Elevation gain

Week 4: Open Ed MOOC + signals from the network

I’m writing this post at high elevation. I’m in the mountains of Colorado after spending the week at the WCET conference. In addition to my very important role as sole Canadian representative present, I spent my time listening and trying to translate differences between the American and Canadian education systems.

This post is a mash-up of ideas that have been floating around the network for #OpenAccessWeek and #OpenEdMOOC and have combined with some of the conversations I had at WCET.

There are two undercurrents:

The textbook: I’ve heard it won’t be with us for long.

The end of the textbook narrative has been coming primarily from brilliant educators who believe everyone should put 100% of their creative effort into teaching. These people can make the case for a mash-up of openly licensed materials in their sleep and it sounds so right. I think it is.

But, I’m also hearing from administrators and others who are working hard to get the idea of openly licensed materials into the culture of their institution. For them, the open textbook is the gateway to the larger culture shift. Even if an educator adopts an open textbook it is likely they will still want their students to have a print option. Digital itself is still a bridge too far for some.

As we heard in Week 4 of #OpenEdMOOC, it takes a couple of cycles to fully understand the pedagogical affordances of open. You need to experience the process of iterating and sharing before you have your Bodhi moment. Before you can see the space beyond free.

‘point break rip bodhi’ by Rollan Budi, September 21, 2010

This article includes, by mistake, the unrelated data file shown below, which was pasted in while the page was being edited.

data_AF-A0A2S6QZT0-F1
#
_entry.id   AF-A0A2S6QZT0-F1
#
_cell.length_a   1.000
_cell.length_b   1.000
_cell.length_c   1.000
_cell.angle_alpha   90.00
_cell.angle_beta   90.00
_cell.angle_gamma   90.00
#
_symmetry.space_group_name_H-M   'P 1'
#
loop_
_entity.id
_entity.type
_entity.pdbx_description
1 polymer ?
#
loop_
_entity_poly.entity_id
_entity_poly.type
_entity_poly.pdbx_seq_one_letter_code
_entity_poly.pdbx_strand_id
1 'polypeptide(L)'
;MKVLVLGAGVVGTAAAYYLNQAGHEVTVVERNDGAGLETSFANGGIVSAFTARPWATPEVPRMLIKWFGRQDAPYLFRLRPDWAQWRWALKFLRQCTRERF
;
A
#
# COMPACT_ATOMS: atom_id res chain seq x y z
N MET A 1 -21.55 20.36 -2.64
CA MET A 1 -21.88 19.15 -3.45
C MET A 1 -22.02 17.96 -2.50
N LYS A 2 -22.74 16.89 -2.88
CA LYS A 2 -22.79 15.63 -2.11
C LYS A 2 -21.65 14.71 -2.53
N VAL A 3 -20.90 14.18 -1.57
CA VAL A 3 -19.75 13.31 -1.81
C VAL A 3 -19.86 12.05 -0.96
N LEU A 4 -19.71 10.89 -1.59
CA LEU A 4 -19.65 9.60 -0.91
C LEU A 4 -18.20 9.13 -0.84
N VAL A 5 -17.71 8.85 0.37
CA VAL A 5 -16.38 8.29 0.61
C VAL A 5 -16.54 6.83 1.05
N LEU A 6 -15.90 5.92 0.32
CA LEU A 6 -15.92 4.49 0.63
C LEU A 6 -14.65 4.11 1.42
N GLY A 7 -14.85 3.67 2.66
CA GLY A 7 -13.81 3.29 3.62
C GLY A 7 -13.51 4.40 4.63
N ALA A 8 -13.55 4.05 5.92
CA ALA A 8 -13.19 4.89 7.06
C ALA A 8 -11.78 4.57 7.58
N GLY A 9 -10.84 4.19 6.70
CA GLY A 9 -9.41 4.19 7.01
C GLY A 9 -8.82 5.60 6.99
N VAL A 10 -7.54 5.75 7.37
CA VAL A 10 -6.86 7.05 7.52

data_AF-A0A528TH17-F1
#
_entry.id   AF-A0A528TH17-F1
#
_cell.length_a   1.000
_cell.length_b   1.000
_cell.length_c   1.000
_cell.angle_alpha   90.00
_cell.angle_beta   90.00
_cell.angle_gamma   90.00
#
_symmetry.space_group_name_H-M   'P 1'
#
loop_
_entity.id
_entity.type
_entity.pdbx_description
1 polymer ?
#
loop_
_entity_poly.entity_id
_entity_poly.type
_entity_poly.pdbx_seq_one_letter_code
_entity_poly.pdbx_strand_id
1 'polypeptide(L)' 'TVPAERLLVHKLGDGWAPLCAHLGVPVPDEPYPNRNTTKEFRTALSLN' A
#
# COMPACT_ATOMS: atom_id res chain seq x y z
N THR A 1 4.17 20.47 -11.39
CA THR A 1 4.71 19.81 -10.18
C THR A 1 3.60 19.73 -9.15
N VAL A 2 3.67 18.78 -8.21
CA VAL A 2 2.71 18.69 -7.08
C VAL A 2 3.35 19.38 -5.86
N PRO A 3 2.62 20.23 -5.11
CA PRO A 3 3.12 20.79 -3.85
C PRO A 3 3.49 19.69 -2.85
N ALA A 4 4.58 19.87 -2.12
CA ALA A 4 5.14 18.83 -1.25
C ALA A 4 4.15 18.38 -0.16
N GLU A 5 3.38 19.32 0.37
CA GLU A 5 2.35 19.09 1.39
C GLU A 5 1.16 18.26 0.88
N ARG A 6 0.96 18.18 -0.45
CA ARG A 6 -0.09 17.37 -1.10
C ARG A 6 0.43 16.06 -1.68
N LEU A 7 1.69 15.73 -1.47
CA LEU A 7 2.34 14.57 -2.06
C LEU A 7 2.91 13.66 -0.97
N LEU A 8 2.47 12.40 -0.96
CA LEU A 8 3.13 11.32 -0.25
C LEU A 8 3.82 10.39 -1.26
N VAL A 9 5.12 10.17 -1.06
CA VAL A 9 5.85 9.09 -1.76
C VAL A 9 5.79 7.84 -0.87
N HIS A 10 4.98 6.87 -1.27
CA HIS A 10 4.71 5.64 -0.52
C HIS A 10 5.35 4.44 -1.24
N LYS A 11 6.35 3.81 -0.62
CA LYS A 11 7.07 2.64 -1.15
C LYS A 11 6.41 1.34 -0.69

In the meantime, we need to build infrastructure that allows educators to easily find, adapt and retain OER. That infrastructure needs to allow for discovery and adaptation of open textbooks, course materials, modules, streaming video, course outlines – anything that aids teaching.

Commercialization: several zones of the network have expressed concern over commercialization of publicly funded resources.

Jenni Hayman articulated this concern through an analysis of the Cengage announcement.

Geoff Cain chose the otherwise routine commute video as his setting to ask the big question: why is CC-BY the gold standard of open licensing?

It is going to be increasingly important that we support our educators to choose the open license that works best for them. Especially if they are coming to open for the first time. I have been returning to the “How to Destroy Open Ed” live notes from the #OpenEd17 Ethics workshop. There are so many interesting ideas captured here. A few of my favourites to close this post:

How do we ensure that Open Ed is not open?

  • Have commercial publishers who already create open educational resource additives (that have a cost) take over the creation and sale of OER altogether.
  • Not empower teachers/teaching & learning
  • Engage in double-speak where my work is “not really open” because it is not available for a corporation to sell (CC-by-nc)

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